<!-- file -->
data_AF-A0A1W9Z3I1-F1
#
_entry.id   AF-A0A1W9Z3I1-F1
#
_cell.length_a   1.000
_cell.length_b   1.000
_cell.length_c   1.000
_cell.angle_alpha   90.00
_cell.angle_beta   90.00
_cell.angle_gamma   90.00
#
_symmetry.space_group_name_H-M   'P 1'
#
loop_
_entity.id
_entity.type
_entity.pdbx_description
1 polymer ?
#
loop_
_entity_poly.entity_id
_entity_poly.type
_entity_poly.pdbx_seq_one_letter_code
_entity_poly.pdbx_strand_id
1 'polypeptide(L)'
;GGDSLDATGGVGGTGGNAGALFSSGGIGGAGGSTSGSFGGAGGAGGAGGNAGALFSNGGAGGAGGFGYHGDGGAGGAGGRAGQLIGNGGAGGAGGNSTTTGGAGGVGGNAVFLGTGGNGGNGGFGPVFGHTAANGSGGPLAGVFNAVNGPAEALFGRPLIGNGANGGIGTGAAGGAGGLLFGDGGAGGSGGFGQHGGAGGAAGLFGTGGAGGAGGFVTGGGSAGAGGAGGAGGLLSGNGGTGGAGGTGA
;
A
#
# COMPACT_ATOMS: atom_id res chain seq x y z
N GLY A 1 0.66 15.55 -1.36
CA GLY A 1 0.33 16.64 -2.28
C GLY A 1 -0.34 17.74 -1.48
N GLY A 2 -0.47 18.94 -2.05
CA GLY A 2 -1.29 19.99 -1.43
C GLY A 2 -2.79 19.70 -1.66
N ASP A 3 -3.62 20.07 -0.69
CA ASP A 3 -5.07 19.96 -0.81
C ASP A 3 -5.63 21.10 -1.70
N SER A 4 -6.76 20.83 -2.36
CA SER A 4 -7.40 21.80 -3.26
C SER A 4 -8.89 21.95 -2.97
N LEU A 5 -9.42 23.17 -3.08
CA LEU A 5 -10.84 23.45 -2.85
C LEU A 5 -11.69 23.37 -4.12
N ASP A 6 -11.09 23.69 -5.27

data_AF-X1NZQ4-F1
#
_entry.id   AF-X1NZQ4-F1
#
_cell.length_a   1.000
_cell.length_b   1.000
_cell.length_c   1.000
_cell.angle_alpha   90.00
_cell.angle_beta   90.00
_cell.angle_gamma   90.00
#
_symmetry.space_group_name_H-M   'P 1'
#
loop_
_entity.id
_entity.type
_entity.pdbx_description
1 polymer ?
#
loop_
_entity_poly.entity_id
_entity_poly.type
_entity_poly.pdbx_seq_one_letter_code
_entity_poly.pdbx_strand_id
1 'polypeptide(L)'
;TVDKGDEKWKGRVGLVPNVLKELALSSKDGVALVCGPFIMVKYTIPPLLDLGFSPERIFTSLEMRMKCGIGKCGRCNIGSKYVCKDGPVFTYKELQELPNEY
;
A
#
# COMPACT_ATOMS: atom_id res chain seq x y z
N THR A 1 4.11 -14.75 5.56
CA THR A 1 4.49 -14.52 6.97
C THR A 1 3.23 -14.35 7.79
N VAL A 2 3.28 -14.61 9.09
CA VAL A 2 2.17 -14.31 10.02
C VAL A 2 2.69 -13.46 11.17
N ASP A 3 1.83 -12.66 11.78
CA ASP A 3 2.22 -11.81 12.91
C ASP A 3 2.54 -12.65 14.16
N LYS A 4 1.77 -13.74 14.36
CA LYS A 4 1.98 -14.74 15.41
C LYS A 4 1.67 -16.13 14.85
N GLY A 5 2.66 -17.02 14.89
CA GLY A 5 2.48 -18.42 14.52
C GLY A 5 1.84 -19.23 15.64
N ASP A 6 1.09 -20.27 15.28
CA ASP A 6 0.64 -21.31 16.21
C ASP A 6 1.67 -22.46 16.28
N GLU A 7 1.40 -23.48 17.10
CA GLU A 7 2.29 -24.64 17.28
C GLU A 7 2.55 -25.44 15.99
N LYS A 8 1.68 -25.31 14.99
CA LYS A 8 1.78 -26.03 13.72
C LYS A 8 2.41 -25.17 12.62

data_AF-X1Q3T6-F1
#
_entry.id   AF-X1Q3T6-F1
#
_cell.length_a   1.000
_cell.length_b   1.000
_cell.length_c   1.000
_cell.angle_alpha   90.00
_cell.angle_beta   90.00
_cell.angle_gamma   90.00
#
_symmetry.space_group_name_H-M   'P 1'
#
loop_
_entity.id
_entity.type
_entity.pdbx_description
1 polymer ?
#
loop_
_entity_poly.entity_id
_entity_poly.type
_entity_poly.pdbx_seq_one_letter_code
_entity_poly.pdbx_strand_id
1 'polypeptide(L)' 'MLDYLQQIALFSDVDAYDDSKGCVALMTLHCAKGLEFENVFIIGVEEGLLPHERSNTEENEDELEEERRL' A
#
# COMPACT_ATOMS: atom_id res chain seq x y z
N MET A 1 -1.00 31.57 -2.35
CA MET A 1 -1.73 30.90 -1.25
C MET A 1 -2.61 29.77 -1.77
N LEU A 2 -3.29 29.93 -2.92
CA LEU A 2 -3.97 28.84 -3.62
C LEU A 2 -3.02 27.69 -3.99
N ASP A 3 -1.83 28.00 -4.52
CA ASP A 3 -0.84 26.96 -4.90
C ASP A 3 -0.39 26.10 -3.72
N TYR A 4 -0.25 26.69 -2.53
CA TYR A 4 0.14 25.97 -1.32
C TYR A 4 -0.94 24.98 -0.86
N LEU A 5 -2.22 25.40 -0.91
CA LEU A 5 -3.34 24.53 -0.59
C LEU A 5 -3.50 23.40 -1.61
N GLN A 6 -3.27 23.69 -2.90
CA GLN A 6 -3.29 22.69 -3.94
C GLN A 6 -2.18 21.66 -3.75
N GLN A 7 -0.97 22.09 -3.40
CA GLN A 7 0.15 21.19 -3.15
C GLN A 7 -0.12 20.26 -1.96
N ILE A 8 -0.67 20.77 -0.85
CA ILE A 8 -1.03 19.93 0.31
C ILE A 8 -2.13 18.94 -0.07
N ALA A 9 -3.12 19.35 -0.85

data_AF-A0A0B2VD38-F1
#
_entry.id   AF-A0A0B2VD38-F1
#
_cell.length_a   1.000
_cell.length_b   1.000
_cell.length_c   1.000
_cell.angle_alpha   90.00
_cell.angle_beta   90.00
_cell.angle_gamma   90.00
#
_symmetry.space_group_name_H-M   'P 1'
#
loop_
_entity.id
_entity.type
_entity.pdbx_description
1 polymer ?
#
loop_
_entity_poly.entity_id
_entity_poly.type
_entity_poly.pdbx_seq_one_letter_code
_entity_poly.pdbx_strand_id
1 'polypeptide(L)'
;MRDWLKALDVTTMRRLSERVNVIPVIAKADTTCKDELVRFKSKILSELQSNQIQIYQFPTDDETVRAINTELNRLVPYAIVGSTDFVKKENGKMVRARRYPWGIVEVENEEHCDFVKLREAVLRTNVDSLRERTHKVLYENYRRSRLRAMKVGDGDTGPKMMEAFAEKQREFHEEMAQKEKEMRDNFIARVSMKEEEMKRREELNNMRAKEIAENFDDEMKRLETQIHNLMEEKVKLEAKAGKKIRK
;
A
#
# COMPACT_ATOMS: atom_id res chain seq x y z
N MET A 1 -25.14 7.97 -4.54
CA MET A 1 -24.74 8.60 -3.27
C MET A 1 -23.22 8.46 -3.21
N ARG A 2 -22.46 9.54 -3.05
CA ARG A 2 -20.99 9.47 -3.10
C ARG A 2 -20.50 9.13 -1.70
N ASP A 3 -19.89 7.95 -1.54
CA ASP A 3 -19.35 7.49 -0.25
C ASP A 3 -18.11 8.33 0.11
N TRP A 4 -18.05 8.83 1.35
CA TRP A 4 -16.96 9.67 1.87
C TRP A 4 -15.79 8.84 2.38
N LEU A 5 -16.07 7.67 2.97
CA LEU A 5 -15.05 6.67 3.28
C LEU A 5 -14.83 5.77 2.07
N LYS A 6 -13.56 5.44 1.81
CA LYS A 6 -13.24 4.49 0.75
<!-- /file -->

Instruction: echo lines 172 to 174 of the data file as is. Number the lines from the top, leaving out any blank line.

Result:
loop_
_entity_poly.entity_id
_entity_poly.type